Kenya’s Extended Producer Responsibility Regulations circus

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As we mark 2023 International World Environment Day, Kenya continues to engage in a circus game in the development of critical environmental laws meant to combat plastic pollution. These laws include the important Extended Producer Responsibility Regulations which are meant to ensure consumer brands get more responsibility in the management of plastic pollution.  

The development of these regulations is required by the Sustainable Waste Management Act of 2022 which states that ‘The Cabinet Secretary shall, within two years of the coming into operation of this Act make regulations on extended producer responsibility.’ The Act also requires public participation be done in the development of the regulations and provides a schedule of how this is to be done.

The development of these regulations has however been dogged by controversy. First, the development of the regulations started even before the 2022 Sustainable Waste Management Act had become law and there is the question of whether a new round of public participation is required. The fact the regulations’ development started before the enactment of the Act, suggests a deliberate preconceived plot to arrive at a desired outcome.

This plan was not however smooth as the Attorney General in 2021 recommended some changes to the regulations.  Then I wrote an article in which I warned that the regulations had some very fundamental flaws and would be unable to help solve the growing problem of plastic pollution in the country. One of the flaws, I warned was the deliberate omission of the Deposit Return Scheme as the primary basis for producer responsibility.

As Kenya prepared to celebrate this year’s World Environment Day, the Ministry of Environment, Climate Change & Forestry has received another communication from the Attorney General indicating that the proposed Extended Producer Responsibility Regulations are inconsistent with existing environmental laws including the 2022 Sustainable Waste Management Act.

Following the receipt of this communiqué, the Ministry has now called for a meeting with what they call an EPR Technical Team which is going to review the regulations at a location to be communicated later according to a letter sent to Clean Up Kenya by one of the members of this team.

This is very troubling.

First of all, this technical team is an illegal entity and is not recognized in any known Kenyan law. While the SWM Act gives the power to the Cabinet Secretary to come up with the regulations, there are no provisions for the formation of an EPR Technical Team. Secondly, some members of this team have a proven history of blocking government policies and lobbying against legislation meant to combat plastic pollution in the country.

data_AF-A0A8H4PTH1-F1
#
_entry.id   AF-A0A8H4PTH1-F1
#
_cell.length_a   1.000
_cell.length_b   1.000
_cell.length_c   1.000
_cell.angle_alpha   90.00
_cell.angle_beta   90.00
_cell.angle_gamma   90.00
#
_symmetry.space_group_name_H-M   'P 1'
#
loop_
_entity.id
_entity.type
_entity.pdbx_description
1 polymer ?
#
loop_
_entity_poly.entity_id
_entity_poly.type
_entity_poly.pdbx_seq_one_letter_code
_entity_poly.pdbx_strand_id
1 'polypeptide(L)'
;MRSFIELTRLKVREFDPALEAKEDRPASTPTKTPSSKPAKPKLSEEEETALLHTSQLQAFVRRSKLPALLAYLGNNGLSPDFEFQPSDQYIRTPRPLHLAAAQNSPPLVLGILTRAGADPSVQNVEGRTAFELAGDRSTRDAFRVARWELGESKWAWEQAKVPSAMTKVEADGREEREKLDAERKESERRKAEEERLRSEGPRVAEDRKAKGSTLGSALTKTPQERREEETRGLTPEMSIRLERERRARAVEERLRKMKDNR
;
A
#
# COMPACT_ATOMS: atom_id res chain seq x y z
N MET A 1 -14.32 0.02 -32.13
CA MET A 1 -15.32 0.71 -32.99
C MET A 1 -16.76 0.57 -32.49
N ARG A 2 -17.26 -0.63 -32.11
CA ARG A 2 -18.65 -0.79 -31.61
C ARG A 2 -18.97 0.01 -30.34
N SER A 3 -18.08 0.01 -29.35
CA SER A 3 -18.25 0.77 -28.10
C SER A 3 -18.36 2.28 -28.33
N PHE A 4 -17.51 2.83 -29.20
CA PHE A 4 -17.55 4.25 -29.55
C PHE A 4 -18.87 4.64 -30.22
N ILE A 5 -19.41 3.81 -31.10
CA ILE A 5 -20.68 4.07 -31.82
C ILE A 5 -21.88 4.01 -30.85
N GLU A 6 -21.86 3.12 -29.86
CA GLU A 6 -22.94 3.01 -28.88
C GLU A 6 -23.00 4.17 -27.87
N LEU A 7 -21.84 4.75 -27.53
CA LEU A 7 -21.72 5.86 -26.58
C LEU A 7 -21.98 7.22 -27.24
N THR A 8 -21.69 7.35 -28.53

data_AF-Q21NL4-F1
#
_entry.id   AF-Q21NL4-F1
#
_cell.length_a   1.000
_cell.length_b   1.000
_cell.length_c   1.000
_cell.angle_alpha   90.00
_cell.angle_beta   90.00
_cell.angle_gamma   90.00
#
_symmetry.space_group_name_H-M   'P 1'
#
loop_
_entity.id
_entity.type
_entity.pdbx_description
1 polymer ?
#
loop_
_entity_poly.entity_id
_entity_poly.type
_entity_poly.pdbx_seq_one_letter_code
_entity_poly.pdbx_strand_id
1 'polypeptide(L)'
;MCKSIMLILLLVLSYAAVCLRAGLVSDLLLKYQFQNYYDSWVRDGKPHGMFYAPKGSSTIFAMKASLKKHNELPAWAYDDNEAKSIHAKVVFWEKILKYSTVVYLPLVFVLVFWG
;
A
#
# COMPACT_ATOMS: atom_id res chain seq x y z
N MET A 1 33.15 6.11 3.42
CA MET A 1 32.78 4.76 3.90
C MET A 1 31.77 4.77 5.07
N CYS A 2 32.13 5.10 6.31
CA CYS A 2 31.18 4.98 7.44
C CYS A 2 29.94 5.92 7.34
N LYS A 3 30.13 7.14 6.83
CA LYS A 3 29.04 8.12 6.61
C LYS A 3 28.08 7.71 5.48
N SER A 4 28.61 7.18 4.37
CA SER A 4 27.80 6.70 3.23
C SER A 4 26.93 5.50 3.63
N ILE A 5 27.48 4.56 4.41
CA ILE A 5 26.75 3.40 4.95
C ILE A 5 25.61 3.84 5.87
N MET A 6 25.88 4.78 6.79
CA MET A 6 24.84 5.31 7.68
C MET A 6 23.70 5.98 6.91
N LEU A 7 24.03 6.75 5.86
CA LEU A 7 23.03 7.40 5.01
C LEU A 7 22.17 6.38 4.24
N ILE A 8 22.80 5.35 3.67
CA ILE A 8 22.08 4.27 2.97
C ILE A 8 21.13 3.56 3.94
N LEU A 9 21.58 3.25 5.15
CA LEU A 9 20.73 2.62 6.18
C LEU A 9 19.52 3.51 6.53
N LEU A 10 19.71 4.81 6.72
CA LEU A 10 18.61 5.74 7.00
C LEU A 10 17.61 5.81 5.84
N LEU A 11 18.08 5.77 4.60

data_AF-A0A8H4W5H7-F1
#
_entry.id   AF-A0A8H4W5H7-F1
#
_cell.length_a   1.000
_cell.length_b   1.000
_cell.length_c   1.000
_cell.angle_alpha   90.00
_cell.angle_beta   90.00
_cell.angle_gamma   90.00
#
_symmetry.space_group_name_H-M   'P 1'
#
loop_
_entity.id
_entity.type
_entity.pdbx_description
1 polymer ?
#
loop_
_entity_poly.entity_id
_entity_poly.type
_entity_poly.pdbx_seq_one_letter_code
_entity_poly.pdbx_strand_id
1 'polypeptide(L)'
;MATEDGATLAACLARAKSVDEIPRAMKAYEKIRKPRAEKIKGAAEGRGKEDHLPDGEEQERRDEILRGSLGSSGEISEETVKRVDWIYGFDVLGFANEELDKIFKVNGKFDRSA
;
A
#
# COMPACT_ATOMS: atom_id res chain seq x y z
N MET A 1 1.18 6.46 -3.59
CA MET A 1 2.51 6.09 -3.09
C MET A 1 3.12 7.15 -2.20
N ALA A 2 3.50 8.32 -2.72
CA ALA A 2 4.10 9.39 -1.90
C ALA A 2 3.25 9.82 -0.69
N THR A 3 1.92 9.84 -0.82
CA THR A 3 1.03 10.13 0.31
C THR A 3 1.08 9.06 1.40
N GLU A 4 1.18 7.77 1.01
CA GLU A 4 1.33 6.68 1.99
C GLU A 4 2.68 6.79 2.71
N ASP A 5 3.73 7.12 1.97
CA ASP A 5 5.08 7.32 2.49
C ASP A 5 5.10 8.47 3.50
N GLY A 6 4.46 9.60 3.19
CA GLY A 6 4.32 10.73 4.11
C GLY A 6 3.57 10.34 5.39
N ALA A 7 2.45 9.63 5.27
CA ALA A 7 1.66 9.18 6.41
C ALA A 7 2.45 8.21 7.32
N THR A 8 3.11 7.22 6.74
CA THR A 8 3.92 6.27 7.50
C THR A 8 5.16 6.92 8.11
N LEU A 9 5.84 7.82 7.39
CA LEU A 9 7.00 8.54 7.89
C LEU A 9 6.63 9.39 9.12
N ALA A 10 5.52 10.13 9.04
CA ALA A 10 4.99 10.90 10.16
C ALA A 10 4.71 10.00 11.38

For example, the Kenya Association of Manufacturers took NEMA to court in 2017, to stop the implementation of the ban on carrier bags. Former Cabinet Secretary for Environment and Forestry, Hon. Keriako Tobiko is also on record stating that the Kenya Association of Manufacturers together with the Kenya Private Sector Alliance were working hard to block government legislation on plastics.

Some entities are also consumer brands special purpose entities which have been set up to undermine progressive legislation and influence policy on packaging pollution. The role of WWF and CEJAD as members of this group and whose interests they represent is not also clear.

We now warn that the development of the Extended Producer Responsibility Regulations is a national crisis and Kenya risks slipping behind in her war on plastics if the polluters and their special purpose organizations have their way.

SEE ALSO:

Here is why the proposed Kenya Extended Producer Responsibility law is likely to fail

What you need to know about the Sustainable Waste Management Act

A Business Case for a Deposit Return Scheme for Kenya

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Betterman-Simidi-Musasia---Clean-Up-Kenya

Betterman Simidi Musasia

Founder, Patron and Spokesperson, Former CEO

Betterman is a sustainable public sanitation advocate and a pollution control evangelist. In 2015, after becoming extremely tired of seeing all the trash in Kenyan neighborhoods and hearing the authorities fake promises to clear the mess, he sold his trucking business to establish Clean Up Kenya. Today, the organization is a leading national sustainable public sanitation advocacy brand. In September 2020, he stepped down as Clean Up Kenya Chief Executive Officer and currently serves as Founder and Patron.